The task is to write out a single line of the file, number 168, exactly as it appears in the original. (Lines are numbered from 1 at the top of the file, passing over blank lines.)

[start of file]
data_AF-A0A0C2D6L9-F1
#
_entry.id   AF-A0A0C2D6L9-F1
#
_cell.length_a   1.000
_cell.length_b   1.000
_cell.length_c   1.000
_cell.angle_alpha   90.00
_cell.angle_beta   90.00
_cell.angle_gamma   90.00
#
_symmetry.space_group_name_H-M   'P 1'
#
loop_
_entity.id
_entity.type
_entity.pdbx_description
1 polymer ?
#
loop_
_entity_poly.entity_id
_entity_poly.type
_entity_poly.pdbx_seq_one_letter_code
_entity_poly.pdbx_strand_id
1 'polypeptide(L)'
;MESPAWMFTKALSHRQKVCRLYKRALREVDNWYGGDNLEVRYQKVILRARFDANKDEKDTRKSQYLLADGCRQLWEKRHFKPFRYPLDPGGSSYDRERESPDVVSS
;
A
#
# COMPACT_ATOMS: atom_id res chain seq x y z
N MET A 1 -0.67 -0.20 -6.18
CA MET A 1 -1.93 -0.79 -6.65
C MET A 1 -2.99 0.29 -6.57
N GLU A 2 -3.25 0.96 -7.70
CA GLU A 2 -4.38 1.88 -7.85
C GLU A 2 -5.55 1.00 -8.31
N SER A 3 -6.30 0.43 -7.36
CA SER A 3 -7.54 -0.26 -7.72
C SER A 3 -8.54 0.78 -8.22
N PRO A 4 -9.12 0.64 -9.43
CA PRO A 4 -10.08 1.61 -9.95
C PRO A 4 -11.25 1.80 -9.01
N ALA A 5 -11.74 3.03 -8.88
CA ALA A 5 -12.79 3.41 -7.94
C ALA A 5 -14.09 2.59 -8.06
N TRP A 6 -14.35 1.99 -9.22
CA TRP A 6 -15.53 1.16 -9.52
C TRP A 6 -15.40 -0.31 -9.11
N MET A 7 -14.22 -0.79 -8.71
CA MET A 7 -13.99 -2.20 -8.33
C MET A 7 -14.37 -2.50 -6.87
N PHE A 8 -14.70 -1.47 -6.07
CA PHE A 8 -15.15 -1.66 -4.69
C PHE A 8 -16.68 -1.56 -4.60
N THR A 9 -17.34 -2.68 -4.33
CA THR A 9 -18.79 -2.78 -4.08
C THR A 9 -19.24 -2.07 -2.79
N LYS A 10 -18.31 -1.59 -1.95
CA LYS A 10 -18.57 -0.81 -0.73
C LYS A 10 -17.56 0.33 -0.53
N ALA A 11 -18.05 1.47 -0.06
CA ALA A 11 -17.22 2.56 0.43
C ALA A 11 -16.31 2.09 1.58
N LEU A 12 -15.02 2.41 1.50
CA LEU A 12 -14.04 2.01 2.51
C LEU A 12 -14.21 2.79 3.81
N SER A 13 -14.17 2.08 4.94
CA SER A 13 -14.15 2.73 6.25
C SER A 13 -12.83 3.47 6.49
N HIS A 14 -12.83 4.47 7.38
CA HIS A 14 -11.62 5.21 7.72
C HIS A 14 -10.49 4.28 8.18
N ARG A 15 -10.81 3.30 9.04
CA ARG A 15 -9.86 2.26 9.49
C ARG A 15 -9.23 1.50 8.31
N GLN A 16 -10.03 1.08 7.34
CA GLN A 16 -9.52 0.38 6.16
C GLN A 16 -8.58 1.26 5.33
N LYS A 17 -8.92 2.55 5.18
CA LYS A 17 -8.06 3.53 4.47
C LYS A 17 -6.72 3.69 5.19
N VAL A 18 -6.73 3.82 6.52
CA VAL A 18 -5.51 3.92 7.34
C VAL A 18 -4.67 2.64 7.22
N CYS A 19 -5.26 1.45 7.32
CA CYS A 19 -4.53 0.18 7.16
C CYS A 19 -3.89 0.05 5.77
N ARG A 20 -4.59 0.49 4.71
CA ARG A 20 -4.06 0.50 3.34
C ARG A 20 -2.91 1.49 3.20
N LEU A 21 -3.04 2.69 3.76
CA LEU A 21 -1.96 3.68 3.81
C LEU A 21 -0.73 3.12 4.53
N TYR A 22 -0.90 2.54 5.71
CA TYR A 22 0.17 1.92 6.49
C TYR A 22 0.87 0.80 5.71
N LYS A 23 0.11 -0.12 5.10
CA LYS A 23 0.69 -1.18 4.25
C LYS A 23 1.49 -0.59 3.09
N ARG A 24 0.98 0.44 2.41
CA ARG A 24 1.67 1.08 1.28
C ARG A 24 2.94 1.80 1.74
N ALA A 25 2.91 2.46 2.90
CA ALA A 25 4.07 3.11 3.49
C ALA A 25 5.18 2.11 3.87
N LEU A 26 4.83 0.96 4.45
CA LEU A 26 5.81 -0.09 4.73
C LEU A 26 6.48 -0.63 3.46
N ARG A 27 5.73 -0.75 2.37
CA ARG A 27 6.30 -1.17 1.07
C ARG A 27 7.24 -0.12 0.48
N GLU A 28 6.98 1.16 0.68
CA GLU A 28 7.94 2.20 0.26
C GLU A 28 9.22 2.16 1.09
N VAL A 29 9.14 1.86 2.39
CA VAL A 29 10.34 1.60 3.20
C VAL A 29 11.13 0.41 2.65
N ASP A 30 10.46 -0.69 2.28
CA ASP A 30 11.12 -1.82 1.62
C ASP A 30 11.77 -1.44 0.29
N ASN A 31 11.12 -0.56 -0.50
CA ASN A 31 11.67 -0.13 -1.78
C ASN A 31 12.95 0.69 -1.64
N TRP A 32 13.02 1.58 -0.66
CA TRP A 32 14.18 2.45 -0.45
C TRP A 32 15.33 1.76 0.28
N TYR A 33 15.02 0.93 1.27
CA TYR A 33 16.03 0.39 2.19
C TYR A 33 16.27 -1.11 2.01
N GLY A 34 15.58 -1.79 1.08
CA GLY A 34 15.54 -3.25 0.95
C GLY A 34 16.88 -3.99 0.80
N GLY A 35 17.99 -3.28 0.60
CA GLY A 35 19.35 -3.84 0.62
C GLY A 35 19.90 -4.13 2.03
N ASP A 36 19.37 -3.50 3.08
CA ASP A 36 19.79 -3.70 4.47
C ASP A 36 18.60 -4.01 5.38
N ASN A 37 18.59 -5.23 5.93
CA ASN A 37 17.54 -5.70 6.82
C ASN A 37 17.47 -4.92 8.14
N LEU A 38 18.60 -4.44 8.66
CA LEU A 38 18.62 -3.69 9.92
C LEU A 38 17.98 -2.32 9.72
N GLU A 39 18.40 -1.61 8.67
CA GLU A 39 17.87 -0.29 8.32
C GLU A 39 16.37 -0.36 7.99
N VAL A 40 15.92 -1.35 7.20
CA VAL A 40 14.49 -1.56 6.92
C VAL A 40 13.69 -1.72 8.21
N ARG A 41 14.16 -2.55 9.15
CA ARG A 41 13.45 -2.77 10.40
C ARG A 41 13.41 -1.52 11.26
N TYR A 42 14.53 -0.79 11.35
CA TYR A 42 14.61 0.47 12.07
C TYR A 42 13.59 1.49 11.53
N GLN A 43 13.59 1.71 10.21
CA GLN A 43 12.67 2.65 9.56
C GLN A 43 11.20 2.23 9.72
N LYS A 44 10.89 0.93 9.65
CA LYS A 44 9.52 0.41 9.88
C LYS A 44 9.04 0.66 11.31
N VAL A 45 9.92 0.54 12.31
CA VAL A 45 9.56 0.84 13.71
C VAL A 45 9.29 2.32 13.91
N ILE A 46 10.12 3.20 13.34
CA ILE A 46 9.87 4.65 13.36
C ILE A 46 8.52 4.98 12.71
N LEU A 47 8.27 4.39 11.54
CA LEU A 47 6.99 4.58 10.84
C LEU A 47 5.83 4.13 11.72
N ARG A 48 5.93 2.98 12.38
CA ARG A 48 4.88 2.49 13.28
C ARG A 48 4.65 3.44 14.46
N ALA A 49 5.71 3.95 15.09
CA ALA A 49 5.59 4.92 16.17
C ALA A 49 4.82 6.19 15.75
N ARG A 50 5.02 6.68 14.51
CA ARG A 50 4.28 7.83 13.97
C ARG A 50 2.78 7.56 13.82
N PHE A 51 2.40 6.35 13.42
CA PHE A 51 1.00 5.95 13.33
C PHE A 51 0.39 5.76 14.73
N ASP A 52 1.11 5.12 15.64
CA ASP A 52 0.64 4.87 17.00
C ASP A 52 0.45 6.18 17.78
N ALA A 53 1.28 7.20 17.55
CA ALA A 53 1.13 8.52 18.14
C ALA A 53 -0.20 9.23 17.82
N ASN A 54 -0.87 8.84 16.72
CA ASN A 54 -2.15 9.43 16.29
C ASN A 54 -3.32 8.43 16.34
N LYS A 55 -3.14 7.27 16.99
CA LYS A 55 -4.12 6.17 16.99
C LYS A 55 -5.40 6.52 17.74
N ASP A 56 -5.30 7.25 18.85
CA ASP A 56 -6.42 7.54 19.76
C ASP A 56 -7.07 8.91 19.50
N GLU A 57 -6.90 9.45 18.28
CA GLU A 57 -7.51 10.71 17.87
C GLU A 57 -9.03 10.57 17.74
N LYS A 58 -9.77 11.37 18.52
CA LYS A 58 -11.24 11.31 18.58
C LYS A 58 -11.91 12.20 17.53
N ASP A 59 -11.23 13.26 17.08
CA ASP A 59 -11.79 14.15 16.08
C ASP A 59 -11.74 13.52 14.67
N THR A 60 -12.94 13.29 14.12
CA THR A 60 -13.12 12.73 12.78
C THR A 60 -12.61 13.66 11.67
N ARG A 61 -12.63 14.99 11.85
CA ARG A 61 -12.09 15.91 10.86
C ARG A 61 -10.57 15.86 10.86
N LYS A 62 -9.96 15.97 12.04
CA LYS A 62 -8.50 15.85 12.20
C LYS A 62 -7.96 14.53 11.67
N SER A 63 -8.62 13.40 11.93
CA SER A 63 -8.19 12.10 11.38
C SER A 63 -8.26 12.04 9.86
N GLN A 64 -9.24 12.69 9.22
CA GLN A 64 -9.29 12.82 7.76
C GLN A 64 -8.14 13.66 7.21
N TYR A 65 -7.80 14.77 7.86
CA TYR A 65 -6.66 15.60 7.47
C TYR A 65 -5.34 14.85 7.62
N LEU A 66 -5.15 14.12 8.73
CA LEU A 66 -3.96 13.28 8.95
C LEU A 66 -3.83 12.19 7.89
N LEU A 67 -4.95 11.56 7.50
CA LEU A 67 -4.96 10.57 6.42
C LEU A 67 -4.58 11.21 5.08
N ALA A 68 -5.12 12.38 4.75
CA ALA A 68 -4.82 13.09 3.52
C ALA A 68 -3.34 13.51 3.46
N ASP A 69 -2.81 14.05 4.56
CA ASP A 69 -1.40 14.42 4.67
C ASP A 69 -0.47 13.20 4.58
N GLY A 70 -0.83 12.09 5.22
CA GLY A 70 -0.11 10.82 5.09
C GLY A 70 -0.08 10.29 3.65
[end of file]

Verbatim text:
C ILE A 46 8.52 4.98 12.71